Home Asian News Kerry visits China-US climate cooperation regeneration - The Diplomat

Kerry visits China-US climate cooperation regeneration – The Diplomat


In this June 26, 2016 file photo, then Secretary of State John Kerry emerged from his plane after landing at Fiumicino International Airport in Rome, Italy,

Credit: Photo of the US Department of State

John Kerry, formerly US Secretary of State and currently the President’s special envoy for the climate, was in Shanghai from April 14-17 to discuss climate issues. This is the first high-level visit by a Biden administration official to China, a sign of the vital role climate issues play in this relationship. During his visit, Kerry met with his counterpart, China’s Climate Special Envoy Xie Zhenhua, as well as with Deputy Prime Minister Han Zheng, a member of China’s top political body, the Commission. Standing of the Politburo.

“During the talks, the two sides had a frank, insightful and constructive exchange on climate change cooperation, the Summit of Climate Leaders, COP26 of the UNFCCC and progress made. positive, “State Department spokesman Wang Wenbin said in a news conference in April 19.” They reopened the channel for dialogue and climate change cooperation between China and the US. “

He added, “The two sides will continue to maintain communication, dialogue and strengthen exchanges and cooperation in areas such as introducing stronger policies and measures, promoting the green transition, low-carbon and supporting low-carbon energy development in developing countries ”.

According to one statement from China’s Ministry of Ecology and Environment, China and the United States “also vowed to formulate a long-term strategy to realize carbon neutrality and net greenhouse gas emissions before COP 26”, to take place in November 2021 in Glasgow, President Xi Jin British Binh announced that China would set its net zero net emissions target by 2060 in a surprise statement last fall, while the Biden administration has set 2050 as a target date for the U.S. to reach it. same goal.

The General statement Kerry’s post-trip pledges three specific actions for China-US climate cooperation “in the short term.” First, as mentioned above, both sides will devise their own long-term strategies to achieve the previously achieved goals of achieving net zero emissions.

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Second, “Both countries intend to take appropriate action to maximize international investment and finance to support the transition from high-carbon fossil fuels. to green energy, low carbon and renewable energy in developing countries. ” This could be an important area of ​​cooperation, if China and the United States work together to fund green transitions in developing countries. Currently, China is one of the world’s leading investors in coal-fired power plants abroad, and the United States primarily framed investments in renewable energy as an alternative to its option. China, which increases geopolitical costs for third countries. If the two sides cooperate on such projects instead, there will inevitably be more interested parties.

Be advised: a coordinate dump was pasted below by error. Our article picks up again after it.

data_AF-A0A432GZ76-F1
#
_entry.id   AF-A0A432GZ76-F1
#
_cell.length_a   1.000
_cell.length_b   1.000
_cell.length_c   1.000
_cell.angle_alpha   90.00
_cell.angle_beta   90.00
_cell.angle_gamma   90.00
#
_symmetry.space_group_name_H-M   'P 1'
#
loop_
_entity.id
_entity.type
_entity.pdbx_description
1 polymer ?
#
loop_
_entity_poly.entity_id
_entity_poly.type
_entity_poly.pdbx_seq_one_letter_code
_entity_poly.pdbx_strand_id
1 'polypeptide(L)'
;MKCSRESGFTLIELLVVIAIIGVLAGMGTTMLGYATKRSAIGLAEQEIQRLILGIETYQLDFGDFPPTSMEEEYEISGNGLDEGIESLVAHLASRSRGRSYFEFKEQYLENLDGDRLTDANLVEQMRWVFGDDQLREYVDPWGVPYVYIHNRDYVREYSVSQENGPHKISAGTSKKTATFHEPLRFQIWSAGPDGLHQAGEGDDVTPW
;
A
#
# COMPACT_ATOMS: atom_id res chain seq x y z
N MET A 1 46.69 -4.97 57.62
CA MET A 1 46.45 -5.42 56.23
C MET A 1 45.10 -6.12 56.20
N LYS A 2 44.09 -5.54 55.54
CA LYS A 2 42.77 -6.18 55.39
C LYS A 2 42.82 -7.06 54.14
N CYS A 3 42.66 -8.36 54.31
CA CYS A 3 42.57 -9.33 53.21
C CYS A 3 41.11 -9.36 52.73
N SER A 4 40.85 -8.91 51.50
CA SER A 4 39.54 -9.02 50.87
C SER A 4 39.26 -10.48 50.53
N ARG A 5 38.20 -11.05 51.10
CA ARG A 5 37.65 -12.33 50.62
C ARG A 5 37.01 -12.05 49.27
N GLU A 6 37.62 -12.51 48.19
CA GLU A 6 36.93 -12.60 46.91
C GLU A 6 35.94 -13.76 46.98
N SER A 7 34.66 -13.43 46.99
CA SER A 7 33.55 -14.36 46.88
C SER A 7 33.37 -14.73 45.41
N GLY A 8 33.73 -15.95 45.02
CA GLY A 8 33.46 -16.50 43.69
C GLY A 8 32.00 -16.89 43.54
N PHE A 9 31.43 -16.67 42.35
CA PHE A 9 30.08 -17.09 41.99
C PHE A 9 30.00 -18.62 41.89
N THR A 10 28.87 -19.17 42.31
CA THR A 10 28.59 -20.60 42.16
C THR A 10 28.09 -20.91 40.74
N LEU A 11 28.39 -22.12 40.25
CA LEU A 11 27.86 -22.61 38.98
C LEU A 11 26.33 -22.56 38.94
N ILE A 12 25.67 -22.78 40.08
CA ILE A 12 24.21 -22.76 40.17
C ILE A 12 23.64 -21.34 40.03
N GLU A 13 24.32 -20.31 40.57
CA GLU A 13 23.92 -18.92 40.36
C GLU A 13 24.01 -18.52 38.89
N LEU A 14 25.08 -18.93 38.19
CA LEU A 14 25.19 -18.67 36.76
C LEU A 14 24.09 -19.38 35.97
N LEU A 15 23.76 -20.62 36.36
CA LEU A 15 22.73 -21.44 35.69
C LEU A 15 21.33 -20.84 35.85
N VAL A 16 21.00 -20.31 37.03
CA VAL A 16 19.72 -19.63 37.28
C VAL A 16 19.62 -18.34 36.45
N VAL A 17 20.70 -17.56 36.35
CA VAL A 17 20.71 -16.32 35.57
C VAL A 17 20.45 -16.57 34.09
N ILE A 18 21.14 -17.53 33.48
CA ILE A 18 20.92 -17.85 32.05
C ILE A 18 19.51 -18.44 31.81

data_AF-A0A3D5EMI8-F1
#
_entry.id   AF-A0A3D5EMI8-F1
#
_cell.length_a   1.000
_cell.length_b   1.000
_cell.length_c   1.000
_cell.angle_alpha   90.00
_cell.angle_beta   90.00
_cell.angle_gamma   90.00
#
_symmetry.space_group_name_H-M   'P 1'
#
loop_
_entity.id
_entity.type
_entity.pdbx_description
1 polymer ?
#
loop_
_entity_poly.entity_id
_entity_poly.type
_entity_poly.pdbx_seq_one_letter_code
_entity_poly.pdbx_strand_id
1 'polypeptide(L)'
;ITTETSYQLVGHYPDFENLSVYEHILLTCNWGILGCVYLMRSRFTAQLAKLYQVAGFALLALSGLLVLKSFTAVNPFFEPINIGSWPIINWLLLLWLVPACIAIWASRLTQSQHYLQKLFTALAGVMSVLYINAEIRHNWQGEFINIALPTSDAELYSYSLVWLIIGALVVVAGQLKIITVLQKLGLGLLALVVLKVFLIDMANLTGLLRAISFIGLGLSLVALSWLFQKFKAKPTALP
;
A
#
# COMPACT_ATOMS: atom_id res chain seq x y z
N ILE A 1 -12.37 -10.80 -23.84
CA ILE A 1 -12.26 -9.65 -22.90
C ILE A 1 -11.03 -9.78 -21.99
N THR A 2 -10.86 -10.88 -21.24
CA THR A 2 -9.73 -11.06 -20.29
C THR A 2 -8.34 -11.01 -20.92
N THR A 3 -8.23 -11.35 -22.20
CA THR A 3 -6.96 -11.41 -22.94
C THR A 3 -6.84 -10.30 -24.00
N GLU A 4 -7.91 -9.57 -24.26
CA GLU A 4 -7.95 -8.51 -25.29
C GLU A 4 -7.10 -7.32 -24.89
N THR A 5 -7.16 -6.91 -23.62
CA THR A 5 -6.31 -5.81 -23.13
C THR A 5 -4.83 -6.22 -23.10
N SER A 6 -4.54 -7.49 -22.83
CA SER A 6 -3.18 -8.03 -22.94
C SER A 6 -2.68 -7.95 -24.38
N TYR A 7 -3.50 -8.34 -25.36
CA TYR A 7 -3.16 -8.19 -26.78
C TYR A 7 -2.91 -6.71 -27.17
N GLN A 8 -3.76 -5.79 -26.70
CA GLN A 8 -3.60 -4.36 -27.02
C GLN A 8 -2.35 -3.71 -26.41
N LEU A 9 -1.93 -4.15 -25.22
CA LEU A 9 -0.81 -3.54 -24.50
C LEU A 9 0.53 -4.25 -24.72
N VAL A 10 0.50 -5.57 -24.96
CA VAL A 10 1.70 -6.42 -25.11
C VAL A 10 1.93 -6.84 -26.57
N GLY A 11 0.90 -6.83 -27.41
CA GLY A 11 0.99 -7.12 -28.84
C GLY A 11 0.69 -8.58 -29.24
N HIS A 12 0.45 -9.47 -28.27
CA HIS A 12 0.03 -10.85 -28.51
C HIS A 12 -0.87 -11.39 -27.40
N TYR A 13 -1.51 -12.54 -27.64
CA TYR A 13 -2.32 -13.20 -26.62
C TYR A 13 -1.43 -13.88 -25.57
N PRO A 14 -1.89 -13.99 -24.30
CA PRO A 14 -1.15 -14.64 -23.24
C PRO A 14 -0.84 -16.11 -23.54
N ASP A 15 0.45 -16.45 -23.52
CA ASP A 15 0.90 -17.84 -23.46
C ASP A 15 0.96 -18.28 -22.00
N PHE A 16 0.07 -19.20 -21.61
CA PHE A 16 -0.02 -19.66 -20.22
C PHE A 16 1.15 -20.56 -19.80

Finally, both China and the US pledged to continue phasing out hydrofluorocarbon production and consumption under the Montreal Protocol’s Kigali Amendment.

The statement also pledged to discuss further “specific actions in the 2020s to reduce emissions to keep the Paris Agreement temperature limit within reach”, including on renewable energy technology. generation (including hydrogen energy and carbon capture), green transport options and agro-climate resilient, among other sectors.

During the previous Obama administration in the United States, climate change was an important part of the Sino-US relationship, underlined by a key bilateral agreement on climate change that paved the way for the Agreement. Global Paris 2015. But Obama’s successor, President Donald Trump, withdrew the US from the Paris climate deal and downgraded climate change mitigation efforts. As a result, climate cooperation under Trump was withered even before the rest of the rifting relationship between the trade war and the COVID-19 pandemic. Meanwhile, the Xi regime in China has gone in the opposite direction, through environmental protection is one of its main management goals.

Mr. Kerry’s visit inevitably puts climate change back on the US-China agenda. It could be one of the few areas where the two sides can truly cooperate – if they can keep other areas of tension from spotting. It is no easy task, as one of the key elements of any climate change strategy is the pursuit of energy technology, folding into the broader competition between China and the United States for won the leading position in technology in many fields.

“Both countries look forward to the Climate Leaders Summit hosted by the United States on April 22, 2013,” the joint statement said. However, China’s Foreign Ministry declined to confirm whether Xi will participate in the virtual summit later this week.

“The Chinese side has received an invitation from the US side, and is actively looking at that,” said State Department spokesman Wang Yi. when asked about Xi’s attendance.

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